Today's activity is a Carousel Activity where students will be working on problems that are on posters that are hung up around the room. Students will do all of their work on the poster so you will have a record of what students made sense of and what they still need clarification on. This activity is also collaborative, so students will be able to bounce ideas off of other members in their group. Furthermore, they will be walking around the classroom and the simple act of moving will bring a liveliness to their discussions.
The premise of the Carousel Activity is simple - students start at one poster and then rotate around to move to the next poster and then on to as many others that are needed. Their movement is just like that on a carousel and usually there is some reason to rotate. In this case, the reason is to work on a different aspect of the problem.
Here is the general format for this Carousel:
Because of the way the pages are staggered, students will stop at four posters so they will get exposure to every question. In this case the problems were all similar, but this is a great grouping strategy if there are different types of problems because each group can do a piece of each problem.
While they are working I will be continuously going around and watching how students work and what they are having difficulty with. I will give the okay to rotate once every group has completed each step. If there a few groups that are holding up the rotation, I will help them out or have them ask another group.
Students may have difficulty setting up the system of equations for the problem. A hint I give is students are stuck is to think about the production rate per hour instead of looking at how many are produced in 6 hours, for example.
While students are working on the Carousel activity I will be keeping track of what they are making sense of what they need more work with. When the activity is over, students will go back to their seats and I will debrief about what I noticed was really good and what things they still need work on.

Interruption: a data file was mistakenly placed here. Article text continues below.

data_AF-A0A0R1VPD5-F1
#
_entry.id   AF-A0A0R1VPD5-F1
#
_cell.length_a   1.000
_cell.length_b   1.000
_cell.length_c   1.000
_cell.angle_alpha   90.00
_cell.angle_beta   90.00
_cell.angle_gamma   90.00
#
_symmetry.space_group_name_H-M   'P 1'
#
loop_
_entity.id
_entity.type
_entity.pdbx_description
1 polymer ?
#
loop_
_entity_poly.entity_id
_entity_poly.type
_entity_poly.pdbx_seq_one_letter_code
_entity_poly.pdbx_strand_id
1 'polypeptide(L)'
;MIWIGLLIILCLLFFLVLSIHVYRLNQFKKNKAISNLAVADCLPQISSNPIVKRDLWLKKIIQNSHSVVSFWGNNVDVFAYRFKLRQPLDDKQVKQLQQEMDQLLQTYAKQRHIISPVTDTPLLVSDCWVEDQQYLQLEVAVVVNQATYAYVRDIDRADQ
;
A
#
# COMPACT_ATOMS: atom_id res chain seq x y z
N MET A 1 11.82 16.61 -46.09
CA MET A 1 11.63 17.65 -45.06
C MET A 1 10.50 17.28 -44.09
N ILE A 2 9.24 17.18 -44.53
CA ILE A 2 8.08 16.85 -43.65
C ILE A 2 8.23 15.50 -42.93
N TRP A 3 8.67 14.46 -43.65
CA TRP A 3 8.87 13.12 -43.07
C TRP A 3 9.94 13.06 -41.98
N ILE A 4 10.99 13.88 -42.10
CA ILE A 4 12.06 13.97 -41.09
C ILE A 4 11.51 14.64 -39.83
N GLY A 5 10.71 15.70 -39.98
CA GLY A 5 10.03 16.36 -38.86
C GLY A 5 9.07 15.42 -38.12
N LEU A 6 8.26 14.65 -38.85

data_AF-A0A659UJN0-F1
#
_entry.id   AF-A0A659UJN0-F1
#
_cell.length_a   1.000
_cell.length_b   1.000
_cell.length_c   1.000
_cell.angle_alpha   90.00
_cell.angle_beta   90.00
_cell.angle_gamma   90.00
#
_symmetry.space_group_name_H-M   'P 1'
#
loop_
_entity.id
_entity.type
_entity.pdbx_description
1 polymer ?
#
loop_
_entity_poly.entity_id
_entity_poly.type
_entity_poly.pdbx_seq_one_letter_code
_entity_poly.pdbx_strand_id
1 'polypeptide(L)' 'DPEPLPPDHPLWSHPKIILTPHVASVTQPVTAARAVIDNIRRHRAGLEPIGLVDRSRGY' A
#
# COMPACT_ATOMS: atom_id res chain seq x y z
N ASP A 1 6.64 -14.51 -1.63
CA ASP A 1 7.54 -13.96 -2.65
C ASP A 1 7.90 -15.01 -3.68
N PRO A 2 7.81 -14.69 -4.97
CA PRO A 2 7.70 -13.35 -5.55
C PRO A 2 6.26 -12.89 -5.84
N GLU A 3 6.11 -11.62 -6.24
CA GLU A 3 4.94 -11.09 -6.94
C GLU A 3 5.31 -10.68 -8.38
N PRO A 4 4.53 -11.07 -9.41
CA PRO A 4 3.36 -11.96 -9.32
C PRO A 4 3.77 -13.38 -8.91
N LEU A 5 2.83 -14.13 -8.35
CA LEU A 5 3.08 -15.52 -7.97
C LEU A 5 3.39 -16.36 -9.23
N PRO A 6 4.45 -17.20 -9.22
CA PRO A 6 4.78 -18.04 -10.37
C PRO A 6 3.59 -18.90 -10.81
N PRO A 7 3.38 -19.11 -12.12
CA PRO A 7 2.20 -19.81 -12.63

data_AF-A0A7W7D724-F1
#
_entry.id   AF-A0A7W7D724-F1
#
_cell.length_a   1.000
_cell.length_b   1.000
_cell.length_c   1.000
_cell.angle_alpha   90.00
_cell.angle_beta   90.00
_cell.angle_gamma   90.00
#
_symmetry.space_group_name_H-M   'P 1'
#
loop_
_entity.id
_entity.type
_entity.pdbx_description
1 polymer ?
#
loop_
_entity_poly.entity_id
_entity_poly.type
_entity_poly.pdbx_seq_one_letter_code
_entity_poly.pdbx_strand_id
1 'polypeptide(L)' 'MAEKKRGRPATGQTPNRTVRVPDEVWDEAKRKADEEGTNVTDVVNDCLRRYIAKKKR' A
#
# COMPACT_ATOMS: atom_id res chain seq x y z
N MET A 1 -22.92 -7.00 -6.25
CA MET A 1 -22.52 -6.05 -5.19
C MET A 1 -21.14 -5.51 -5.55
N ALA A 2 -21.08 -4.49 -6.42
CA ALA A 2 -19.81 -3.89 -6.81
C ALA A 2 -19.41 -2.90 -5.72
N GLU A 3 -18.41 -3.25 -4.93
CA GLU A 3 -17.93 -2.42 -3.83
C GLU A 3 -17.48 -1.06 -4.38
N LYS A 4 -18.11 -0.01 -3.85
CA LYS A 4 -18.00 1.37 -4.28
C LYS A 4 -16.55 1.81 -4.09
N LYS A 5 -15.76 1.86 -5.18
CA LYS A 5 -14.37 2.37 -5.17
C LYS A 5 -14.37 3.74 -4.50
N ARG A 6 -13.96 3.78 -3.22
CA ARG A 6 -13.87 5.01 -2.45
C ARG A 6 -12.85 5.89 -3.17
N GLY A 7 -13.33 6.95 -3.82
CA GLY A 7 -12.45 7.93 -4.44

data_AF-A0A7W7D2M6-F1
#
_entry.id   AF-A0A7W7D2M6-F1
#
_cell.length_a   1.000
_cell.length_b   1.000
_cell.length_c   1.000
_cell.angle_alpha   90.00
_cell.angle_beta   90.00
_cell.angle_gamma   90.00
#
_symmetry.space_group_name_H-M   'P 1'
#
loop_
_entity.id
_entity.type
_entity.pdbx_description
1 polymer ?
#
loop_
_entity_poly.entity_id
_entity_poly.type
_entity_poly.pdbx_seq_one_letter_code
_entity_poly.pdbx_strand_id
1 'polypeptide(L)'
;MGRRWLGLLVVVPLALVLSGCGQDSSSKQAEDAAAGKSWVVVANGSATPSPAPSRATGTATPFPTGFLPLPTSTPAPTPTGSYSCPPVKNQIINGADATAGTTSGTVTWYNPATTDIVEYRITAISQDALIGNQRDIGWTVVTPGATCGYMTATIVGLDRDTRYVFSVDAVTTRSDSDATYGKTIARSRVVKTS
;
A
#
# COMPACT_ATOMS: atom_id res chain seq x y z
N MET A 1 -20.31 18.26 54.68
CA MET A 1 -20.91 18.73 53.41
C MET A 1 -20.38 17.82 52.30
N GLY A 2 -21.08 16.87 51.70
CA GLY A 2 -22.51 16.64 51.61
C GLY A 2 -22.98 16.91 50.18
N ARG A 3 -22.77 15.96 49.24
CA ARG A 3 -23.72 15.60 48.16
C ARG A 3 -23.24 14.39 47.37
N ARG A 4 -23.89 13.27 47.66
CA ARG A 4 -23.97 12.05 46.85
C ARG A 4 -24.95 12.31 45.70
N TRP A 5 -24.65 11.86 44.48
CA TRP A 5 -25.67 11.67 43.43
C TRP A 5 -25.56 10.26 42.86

For example, my students are usually good at setting up the matrix equation, but they sometimes have difficulty multiplying both sides of the matrix equation by the inverse in the correct order. For example, if their matrix equation is AX = B, students may try to set up X = BA-1 instead of X = BA-1. Thus, they get an error message on their calculator because the dimensions will not match up.
This activity is a formative assessment and will give you great feedback as to whether they are understanding things or not. After you do the Carousel Activity with your class, you can make the decision whether they are ready for the assignment or if they need more direct instruction. If they do, you can start the homework assignment together as a class.
The assignment summarizes all of the work we have done with solving systems of equations with matrices. This worksheet will also get students thinking about systems of inequalities - a concept we will use when we look at linear programming in a future lesson. I talk more about this assignment in the video below.